Re-enactors at Fort Frederick travel back in time

April 27, 2001

Re-enactors at Fort Frederick travel back in time


Fort Frederick

Joshua Wismer pulls Brigid and Erin McMenamin across the grass Thursday at Markey Fair at Fort Frederick. They came from Bucks County, Pa. Re-enactors from across the country set up tents as the four-day event got under way.Market Fair at Fort Frederick

Men in breeches and stockings and women in ankle-length wool skirts line up at a small tavern waiting for gobblers knob turkey stew and Aunt Toot's Garrison Holler Vegetable Soup.


A sign on the tavern window gate states "Possum, the other white meat."

Just around the corner American Indians sell beads, fur, arrowheads and tomahawks from small tents and tepees.

Artisan, crafters and sutler re-enactors have returned Western Maryland to the simpler times - at least for the weekend.

Sutlers were merchants that followed soldiers.

Fort Frederick, in Fort Frederick State Park in Big Pool, is the site of the 7th Annual Market Fair and Rifle Frolic. The fair began Thursday and will run through Sunday.


The event is organized by the Patuxents to raise money for the Friends of Fort Frederick State Park. It is intended to give visitors a chance to experience life as it was on the frontier from 1640 through 1840.

The Patuxents is a 40-member re-enactor group that portrays a former Calvert County, Md., Indian tribe.

"People should be more aware of history," said Mark Thomas, one of the sutlers at the market. "The whole fort and park should all look at it from the historical value, because that's what it is."

Thomas is an 18th and 19th Century gunmaker and engraver from Dayton, Va. He said he travels several times a year to various colonial fairs and has been a Patuxent group for about 20 years.

Jeff Welch, a Patuxent from Charles Town, W.Va., said the fair gets bigger every year.

He's expecting about 1,700 participants, including about 160 sutlers. Thousands more are expected to visit the fair this weekend. The event started in 1995 with about 800 participants.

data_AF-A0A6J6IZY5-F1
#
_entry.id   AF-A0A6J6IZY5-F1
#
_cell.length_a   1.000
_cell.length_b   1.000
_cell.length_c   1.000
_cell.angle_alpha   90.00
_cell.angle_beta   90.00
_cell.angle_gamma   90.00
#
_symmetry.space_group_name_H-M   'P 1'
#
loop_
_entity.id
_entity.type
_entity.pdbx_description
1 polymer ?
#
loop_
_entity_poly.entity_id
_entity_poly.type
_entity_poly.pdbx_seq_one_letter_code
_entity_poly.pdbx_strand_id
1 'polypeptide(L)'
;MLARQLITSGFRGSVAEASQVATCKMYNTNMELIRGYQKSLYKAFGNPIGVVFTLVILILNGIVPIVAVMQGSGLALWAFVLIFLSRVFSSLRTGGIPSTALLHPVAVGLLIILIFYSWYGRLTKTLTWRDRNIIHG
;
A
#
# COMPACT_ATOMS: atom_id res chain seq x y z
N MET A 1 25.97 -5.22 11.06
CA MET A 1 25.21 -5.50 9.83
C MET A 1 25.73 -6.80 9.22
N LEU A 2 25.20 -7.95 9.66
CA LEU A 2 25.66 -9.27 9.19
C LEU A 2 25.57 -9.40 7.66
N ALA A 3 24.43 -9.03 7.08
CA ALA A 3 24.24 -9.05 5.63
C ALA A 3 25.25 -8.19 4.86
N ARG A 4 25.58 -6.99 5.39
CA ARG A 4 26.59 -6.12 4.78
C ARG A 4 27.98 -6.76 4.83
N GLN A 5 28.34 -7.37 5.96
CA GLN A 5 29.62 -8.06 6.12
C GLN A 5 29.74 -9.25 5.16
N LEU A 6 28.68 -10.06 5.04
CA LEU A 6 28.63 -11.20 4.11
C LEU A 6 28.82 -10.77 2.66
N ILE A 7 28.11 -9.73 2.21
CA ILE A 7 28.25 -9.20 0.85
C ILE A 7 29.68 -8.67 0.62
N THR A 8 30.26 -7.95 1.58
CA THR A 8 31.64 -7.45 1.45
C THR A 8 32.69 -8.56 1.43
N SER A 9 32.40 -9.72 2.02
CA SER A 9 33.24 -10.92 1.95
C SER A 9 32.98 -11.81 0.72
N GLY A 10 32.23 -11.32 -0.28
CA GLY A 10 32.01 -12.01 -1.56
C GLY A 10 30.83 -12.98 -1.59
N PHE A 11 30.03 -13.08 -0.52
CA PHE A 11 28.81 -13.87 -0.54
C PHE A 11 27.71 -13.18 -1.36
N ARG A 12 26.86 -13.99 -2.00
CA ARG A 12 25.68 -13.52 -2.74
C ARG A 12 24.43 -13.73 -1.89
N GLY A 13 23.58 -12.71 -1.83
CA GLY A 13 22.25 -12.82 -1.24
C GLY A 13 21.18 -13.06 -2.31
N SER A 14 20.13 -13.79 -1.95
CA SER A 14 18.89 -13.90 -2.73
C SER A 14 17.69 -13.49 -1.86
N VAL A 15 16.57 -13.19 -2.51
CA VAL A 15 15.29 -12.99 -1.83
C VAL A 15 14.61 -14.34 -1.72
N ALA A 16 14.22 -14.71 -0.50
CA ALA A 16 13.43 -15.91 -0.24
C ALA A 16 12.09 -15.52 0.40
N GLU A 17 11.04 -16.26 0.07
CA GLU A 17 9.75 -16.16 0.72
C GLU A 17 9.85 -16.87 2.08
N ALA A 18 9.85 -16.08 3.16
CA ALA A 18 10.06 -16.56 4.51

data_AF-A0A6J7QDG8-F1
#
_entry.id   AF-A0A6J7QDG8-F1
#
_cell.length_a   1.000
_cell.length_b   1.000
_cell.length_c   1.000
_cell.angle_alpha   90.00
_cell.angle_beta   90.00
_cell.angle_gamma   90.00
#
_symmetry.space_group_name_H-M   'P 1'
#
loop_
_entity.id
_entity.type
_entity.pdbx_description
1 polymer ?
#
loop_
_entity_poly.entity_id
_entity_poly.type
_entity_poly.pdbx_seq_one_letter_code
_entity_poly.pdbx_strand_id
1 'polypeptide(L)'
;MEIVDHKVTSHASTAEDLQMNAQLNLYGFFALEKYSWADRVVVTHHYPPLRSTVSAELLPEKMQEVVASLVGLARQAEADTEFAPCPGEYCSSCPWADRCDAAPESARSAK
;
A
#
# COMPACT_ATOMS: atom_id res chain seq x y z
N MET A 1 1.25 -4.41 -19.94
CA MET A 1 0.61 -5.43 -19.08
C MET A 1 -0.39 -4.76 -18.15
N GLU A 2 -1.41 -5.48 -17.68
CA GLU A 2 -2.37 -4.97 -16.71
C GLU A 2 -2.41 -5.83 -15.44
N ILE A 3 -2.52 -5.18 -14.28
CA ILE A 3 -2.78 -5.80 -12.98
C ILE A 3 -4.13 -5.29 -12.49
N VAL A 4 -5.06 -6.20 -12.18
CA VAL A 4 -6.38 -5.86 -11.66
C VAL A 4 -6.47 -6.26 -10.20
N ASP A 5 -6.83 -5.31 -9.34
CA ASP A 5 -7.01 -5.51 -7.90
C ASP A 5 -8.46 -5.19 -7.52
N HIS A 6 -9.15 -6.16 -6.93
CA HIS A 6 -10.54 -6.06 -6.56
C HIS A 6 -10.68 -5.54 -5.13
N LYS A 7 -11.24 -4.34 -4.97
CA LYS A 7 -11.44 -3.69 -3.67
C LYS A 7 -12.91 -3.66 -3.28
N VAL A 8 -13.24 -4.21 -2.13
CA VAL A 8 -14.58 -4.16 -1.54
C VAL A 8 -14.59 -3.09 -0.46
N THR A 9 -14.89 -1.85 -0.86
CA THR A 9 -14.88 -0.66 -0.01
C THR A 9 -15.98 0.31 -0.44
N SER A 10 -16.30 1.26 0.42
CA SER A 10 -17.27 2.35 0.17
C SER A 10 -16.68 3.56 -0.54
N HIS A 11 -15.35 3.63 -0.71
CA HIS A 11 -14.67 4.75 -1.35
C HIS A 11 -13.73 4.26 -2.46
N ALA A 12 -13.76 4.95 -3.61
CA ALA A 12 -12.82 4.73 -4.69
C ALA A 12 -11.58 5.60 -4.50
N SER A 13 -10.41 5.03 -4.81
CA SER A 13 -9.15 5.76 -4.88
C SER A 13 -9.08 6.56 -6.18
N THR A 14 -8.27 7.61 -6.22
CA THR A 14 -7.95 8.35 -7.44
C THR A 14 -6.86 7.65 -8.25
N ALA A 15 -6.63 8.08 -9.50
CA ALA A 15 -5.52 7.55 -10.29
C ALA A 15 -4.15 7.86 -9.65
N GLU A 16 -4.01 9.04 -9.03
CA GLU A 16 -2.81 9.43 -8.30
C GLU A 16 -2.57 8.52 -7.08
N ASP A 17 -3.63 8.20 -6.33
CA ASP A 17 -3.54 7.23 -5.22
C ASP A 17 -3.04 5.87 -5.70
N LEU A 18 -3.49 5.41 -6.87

He said re-enactors and spectators come from all over North America, including Canada, California, Arizona and Florida.

"This will be the biggest ever," Welch said. "People that travel all over the country said this is the best to come to."

The Patuxents have already begun planning next year's fair, he said.

"You're thinking about it all year long to make it better," Welch said.

Welch said one of the reasons the Fort Frederick event is so popular is its strict rules. Sutlers are voted in according to the description and pictures they provide the Patuxents.

He said all of their items must be identical to colonial products with no resemblance to the modern era.

Among the items for sale are sheepskin, leather bags, cowhides, pewter jewelry, tents, moccasins and muskets.

"We do this for a living," said Charles Chapman, of Sparta, Tenn.

Chapman and his wife, Susan, run a shop called Luck O'th Irish. Both were decked out in colonial garb.

He said they travel to different fairs along the East Coast.

Charles Chapman said not only does their shop sell a selection of frontier goods, but they recount the history of the era to interested visitors.

"We will share historical information with them to fully enjoy and take advantage of the event," he said.

"There's lots of information here and lots of wonderful people," Susan Chapman said.

Fred Threlfall, of Captain Pipe Presents the Honest Brothers, of Pittsburgh, Pa., has been a sutler at Fort Frederick for the last three years. Threlfall, an artist and historian, runs the business with Ken Gahagan, a knifemaker, and David Hughes, a silversmith.

"There are good people here that are interested in our early history," he said. "The fair was a big thing in this time."

Fort Frederick was built in 1756 by the Colony of Maryland to defend its Western frontier during the French and Indian War. It has been partially restored and is considered the best-preserved, pre-Revolutionary War stone fort in North America, according to the Maryland Department of Natural Resources Forest and Park Service.

During the Revolutionary War, the fort served as a prisoner of war camp for Hessian and British soldiers. During the Civil War, companies of the 1st Maryland Infantry occupied the fort to guard important points along the Potomac River.

The event will continue today and Saturday from 10 a.m. to 5 p.m. and on Sunday from 10 a.m. to 3 p.m. Admission is $3 per person and free for children under 6 years old.

Fort Frederick State Park is one mile off Interstate 70, Exit 12 (Maryland 56), 20 miles west of Hagerstown.

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